Practice Blog

To share practice related stories, create connections and engage readers in the amazing diversity of dietitian experiences.


The growing season of retail dietitians

Nicole Fetterly is the Nutrition Operations Manager at Choices Markets in British Columbia, a chain of natural and organic supermarkets. She is a busy mom of two kids, ages five and three, with whom she loves to cook and who helped her proudly win the Popular Vote in this year’s BC Dairy Foundation Better Together Hands-On Cook-Off Contest! Never content with mediocrity, Nicole left a legacy within the UBC Dietetic program by advocating for change for the Food Lab course curriculum. After conducting a needs assessment, she co-authored the course manual and is always happy to hear that it’s one of the students’ favourite courses. Nicole continues to educate through writing by contributing to blogs and co-authoring a series of wellness books for Choices, the most recent on her favourite topic: sustainability! She also plays an education and advocacy role for her sector of the profession and recently spoke at Grocery Innovations Canada on the ROI of retail dietitians.


  

I always knew I wanted to work as a supermarket dietitian, even back while attending university a decade ago. It seemed like the best time and place to reach people with nutrition education—when they are making their decisions about what foods to bring home.

Back then there were only one or two retailers in BC and a couple more across the country with a nutrition program. Even when I finally did make the shift from clinical practice to a retail position four years ago, I was one of only a handful of dietitians doing this kind of work. It was pretty obvious when I attended Dietitians of Canada conferences and other dietitian events that I was in a tiny minority.

The tide is turning

This year something happened that really opened my eyes to the emerging market of retail dietitians. In April, I was invited to attend the Oldways Symposium in Arizona—a conference for retail dietitians. You can imagine my shock when there were over 120 dietitians attending who do what I do, in some way, shape or form!

Most of them work in the U.S. where the Retail Dietitians Business Alliance states there are over 400 dietitians working in supermarkets. According to the Food Marketing Institute, 85% of U.S. retailers now have a dietitian working for them, at least at the corporate level. Another 50% of retailers have dietitians on a regional level and about 33% have them in all stores.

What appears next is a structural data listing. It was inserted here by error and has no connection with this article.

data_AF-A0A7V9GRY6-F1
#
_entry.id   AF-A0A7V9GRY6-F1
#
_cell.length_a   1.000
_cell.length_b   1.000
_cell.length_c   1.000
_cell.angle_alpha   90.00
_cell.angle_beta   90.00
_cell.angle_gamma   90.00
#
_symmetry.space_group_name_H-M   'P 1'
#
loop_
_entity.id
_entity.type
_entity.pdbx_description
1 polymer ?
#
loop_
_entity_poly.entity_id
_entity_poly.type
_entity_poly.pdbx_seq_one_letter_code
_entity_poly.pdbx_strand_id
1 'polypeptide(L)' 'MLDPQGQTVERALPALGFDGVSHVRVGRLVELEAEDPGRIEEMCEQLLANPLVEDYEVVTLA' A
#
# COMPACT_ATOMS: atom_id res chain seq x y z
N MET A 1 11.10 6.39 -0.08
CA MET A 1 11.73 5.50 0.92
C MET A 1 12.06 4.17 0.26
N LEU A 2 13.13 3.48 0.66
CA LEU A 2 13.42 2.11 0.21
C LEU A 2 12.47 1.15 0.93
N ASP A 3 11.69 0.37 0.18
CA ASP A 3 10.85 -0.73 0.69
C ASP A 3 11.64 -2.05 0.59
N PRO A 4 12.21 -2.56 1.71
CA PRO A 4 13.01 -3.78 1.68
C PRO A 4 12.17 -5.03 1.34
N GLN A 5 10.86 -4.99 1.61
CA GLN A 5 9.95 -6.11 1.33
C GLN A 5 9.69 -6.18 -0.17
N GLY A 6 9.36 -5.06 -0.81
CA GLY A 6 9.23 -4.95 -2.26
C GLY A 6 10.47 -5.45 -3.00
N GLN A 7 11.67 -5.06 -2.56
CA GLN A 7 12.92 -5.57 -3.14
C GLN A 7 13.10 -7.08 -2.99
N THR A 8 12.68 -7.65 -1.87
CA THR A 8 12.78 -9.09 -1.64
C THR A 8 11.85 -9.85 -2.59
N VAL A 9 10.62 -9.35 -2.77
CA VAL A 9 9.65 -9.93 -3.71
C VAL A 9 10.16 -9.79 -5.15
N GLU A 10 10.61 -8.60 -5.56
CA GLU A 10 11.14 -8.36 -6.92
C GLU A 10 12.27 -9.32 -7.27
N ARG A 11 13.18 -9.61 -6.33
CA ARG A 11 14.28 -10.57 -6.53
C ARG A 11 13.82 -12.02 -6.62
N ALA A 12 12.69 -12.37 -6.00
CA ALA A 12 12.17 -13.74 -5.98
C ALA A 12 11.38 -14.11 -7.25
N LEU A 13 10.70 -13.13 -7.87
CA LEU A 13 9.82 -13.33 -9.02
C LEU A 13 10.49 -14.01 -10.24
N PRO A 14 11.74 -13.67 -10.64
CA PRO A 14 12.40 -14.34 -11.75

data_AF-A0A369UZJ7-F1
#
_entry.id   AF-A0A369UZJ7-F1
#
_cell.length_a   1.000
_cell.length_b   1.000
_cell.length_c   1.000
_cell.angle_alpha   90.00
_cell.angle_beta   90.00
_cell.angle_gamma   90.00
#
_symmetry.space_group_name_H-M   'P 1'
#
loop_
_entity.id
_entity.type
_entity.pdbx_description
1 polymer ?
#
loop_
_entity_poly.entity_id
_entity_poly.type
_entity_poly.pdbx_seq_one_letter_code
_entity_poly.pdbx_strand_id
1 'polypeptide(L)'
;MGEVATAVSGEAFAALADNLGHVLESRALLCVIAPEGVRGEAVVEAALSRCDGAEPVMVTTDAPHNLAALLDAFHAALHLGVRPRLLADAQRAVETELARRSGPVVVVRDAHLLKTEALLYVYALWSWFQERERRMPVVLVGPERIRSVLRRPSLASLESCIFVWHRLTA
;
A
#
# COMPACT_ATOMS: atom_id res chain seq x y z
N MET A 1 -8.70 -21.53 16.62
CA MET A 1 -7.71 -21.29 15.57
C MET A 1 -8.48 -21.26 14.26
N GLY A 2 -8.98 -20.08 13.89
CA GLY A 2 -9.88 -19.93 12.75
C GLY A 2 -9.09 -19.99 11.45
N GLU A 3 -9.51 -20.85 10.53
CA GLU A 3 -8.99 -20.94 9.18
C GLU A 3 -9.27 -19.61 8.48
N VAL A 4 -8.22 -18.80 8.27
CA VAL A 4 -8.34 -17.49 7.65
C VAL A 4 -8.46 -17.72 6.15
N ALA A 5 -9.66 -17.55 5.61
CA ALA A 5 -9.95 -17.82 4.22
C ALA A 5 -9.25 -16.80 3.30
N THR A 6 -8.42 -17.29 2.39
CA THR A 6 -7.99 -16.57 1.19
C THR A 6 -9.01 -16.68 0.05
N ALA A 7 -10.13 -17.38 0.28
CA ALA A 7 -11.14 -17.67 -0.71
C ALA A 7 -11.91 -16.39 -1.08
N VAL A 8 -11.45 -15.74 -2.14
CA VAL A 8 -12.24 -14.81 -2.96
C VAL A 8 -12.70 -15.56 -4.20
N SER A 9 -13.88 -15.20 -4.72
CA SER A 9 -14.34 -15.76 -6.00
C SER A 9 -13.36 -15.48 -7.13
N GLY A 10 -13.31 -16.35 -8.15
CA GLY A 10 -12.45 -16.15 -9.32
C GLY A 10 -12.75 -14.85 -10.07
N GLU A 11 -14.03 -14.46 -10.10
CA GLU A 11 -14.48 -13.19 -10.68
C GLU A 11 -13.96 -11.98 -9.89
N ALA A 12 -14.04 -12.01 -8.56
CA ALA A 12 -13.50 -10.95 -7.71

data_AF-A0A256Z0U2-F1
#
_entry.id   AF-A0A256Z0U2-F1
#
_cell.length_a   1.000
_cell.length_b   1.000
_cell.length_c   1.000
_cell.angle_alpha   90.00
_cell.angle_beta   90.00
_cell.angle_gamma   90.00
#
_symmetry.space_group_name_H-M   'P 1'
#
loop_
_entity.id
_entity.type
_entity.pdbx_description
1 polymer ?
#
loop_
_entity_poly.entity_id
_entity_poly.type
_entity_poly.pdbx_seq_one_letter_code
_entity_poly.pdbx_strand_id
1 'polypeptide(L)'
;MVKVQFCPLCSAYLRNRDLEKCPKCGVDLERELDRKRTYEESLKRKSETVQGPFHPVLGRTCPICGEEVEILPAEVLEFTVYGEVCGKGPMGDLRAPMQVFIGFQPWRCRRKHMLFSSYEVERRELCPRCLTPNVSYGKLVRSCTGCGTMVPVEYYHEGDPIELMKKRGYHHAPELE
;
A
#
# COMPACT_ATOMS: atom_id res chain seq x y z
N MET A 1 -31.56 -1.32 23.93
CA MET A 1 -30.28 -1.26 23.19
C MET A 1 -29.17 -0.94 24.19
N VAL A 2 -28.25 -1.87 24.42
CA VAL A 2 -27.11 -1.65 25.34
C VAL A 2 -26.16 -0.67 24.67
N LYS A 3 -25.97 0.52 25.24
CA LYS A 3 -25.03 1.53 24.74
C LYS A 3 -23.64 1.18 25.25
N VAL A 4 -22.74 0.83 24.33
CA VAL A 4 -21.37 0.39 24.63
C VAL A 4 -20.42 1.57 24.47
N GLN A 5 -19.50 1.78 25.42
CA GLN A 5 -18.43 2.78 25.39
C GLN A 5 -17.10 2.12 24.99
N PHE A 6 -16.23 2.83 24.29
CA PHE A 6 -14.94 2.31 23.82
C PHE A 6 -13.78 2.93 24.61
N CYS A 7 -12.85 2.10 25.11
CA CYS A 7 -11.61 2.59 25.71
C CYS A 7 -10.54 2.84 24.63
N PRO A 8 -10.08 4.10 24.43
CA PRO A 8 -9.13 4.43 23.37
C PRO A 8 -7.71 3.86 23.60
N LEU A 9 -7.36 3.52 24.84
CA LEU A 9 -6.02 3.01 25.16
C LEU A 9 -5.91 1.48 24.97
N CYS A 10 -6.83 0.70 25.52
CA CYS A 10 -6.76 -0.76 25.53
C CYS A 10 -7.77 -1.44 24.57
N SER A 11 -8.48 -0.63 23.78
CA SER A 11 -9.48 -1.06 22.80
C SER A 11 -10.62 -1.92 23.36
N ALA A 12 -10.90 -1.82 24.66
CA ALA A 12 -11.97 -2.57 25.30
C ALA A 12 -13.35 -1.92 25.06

It was also fantastic to see some Canadian representation at the conference with dietitians attending from Metro, Loblaws, Sobeys, Thriftys and Fresh St/IGA. Canadian retailers are definitely catching on to the growing need for dietitians in their stores, especially with so many cutbacks in health care; it’s fantastic to see a strong growth sector for our profession.

Besides networking with all the dietitians and hearing about the programs they run in their organizations, we also had the opportunity to connect with another type of dietitian—those working for food manufacturers and food marketing associations. They had great resources about the foods they were representing and the most current research about their health benefits. Of course we also got to sample the food; we tried many great dishes that had corresponding recipes available for distribution.

Full of inspiration (and great food)

The food and conference were very well organized and executed—whoever thought that you could eat healthier when you’re traveling! But, most importantly, was the inspiration from connecting with colleagues in the same area of work as well as the education sessions tailored to the needs of retail dietitians. My favourite session was one on Nudge Marketing by Dr. Collin Payne, an associate professor at the University of New Mexico. He uses subtle strategies to encourage healthier purchases in grocery stores without negatively affecting the bottom line for the retailer or the consumer. From mirrors on the ends of the grocery carts, to footprints to follow on the floor, to signage in the grocery cart suggesting you fill it halfway with fruits and veggies. I came home eager to put these ideas into practice.